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  #946  
Old September 14th 2011, 19:06
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Quote:
Originally Posted by Bruce. View Post
Steve:
From what I can gather, that is the "street" LSD.
Wally's LSDiff is the motorsport version which is tighter than an inappropriate simile
Hi Bruce

I thought that he was after the part number for the bolts.

Steve
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  #947  
Old September 15th 2011, 04:51
Bruce. Bruce. is offline
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Hi Steve,

I looked in the same place as you, the 996 carrera catalogue but the optional LSD for the 996C is different from the "motorsport" LSD used in the GT3/GT2 and the bolts specified for each are different.

Hopefully, the bolts will fit with the G50 Crown gear. It is difficult to see how they wouldn't.
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  #948  
Old September 15th 2011, 10:19
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Hi

Its a shame that Porsche don't have a "Lack & normal tellie" section like VW where you could look up bolt and other part numbers by description.

Steve
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  #949  
Old September 15th 2011, 10:22
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Picked up the correct bolts for exactly my differential and got a mail from Paul to use 120 lbs.ft and a drop of red Loctite.
There is a difference in length, but not exactly as much as the difference of the flanges.
Anyway, it will do fine I think.

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  #950  
Old September 15th 2011, 12:00
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Just reassembled everything and very happy I got the spacers and bearings pressed on again without any trouble. Ring gear was extremely nice and tight fit on the much later dated diff housing. The machining on these parts is amazing!

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  #951  
Old September 18th 2011, 16:29
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After a lot of work pulling the engine forward far enough to get the thicker diff back in, I got the engine back in its place again. Filled tranny with new synthetic 75W90 Valvoline and reused the O-ring n the side cover (even though I still have a new one from the gasket set). If you turn one wheel, the other one turns in the same direction as it should with a LSD It turns nice and smooth by hand.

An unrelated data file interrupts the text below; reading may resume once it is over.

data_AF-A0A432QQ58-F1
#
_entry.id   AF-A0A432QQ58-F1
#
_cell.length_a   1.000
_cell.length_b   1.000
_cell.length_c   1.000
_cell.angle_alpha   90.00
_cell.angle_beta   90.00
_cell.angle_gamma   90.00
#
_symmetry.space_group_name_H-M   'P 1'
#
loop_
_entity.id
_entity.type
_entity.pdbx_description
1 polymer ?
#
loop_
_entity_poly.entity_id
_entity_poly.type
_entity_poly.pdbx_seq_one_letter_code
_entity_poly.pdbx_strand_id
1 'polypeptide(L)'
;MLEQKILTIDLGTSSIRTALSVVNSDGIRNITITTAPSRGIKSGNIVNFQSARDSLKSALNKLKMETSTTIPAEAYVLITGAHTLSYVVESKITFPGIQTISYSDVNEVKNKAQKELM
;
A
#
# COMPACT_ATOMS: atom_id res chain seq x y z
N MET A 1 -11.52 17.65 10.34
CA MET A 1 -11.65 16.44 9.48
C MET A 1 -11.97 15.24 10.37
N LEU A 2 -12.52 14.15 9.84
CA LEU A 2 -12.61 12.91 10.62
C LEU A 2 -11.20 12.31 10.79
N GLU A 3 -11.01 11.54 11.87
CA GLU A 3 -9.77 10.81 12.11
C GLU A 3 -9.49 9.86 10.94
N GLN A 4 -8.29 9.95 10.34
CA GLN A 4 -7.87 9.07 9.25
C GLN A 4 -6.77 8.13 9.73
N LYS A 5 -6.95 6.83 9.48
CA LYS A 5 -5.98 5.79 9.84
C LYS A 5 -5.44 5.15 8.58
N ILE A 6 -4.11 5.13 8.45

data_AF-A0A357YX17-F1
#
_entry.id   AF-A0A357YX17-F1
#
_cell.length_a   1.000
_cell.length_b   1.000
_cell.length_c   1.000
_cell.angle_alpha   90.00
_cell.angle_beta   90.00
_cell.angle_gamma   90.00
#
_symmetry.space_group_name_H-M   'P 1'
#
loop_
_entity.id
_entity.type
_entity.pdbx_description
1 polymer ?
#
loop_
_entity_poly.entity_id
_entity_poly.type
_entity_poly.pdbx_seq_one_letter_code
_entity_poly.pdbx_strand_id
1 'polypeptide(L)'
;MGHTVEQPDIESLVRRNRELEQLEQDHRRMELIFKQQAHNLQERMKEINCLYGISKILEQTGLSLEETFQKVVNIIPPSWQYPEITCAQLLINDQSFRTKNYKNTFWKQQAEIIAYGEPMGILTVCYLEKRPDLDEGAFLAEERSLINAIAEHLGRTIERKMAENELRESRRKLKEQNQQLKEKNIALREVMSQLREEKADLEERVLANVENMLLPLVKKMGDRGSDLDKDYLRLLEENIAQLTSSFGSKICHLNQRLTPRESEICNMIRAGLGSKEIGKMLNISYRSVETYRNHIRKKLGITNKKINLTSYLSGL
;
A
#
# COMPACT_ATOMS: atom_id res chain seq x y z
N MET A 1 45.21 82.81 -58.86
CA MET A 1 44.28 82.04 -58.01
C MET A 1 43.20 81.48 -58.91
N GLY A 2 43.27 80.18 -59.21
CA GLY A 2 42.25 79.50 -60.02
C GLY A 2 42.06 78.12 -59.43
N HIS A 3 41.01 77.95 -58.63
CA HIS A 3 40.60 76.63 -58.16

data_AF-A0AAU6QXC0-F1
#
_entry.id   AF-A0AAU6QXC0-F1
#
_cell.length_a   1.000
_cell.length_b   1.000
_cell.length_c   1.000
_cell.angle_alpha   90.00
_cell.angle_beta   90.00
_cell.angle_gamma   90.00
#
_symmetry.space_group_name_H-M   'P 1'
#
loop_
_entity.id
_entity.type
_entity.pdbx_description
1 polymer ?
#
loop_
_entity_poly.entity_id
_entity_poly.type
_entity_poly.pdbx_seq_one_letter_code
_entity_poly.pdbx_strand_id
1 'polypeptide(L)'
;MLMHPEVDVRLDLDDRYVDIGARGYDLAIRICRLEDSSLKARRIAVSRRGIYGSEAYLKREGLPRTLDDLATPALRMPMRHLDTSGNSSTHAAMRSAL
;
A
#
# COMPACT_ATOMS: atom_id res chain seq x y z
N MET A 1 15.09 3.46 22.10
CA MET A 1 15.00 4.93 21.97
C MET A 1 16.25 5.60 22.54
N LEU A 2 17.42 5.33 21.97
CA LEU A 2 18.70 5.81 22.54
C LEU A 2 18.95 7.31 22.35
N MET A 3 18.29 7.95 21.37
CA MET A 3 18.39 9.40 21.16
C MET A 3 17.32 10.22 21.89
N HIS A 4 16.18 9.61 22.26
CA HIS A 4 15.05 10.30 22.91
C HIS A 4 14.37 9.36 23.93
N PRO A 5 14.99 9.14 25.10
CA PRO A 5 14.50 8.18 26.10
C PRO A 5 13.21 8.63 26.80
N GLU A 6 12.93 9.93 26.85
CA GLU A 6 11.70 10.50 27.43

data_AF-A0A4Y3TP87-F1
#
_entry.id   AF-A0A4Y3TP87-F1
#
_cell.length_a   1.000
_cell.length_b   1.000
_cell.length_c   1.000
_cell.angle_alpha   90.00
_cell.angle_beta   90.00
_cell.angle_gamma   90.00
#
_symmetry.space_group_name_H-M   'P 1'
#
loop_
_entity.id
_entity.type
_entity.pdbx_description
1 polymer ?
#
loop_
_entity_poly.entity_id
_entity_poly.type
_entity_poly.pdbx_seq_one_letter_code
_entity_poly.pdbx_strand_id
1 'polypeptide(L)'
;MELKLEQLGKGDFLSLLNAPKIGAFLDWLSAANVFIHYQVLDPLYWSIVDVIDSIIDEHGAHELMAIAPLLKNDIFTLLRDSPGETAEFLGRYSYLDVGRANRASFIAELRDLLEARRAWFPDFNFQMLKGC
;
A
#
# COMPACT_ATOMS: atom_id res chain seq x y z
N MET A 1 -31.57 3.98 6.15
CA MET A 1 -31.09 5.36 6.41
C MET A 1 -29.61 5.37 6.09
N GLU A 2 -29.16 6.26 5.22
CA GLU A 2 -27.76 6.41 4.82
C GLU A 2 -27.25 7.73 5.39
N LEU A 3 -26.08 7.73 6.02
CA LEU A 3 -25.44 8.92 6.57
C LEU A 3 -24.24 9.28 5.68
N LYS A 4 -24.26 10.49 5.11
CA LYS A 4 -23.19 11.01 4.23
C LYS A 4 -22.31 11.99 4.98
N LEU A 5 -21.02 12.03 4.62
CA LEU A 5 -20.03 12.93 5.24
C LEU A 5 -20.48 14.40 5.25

Got the engine running again and went for a test drive.

No extra noises, all seems just fine and dandy. Did a deliberate lighting of the tires in second gear (cold and damp road) and that felt different somehow, more aggressive in a way, but not out of control.
Car is still stupid fast and seemingly effortless at doing so.
At home, tranny is still bone dry as before.
All in all, this was relatively easy sailing, though I didn't know that up front..
Gotta love orginal parts
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  #952  
Old September 19th 2011, 03:19
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Hi,

Nice job but before you go any further, are you sure about the oil you put into the tranny?

Usually in a 911 with LSD (old ones), oil is something like 75w140 (not sure about the exact values but sure about the range). I can check if you need the exact values.

Seb
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  #953  
Old September 19th 2011, 03:21
70Turbobug 70Turbobug is offline
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Well done Wally! It will make a world of difference I´m sure!
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  #954  
Old September 19th 2011, 11:47
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Quote:
Originally Posted by scourtaud View Post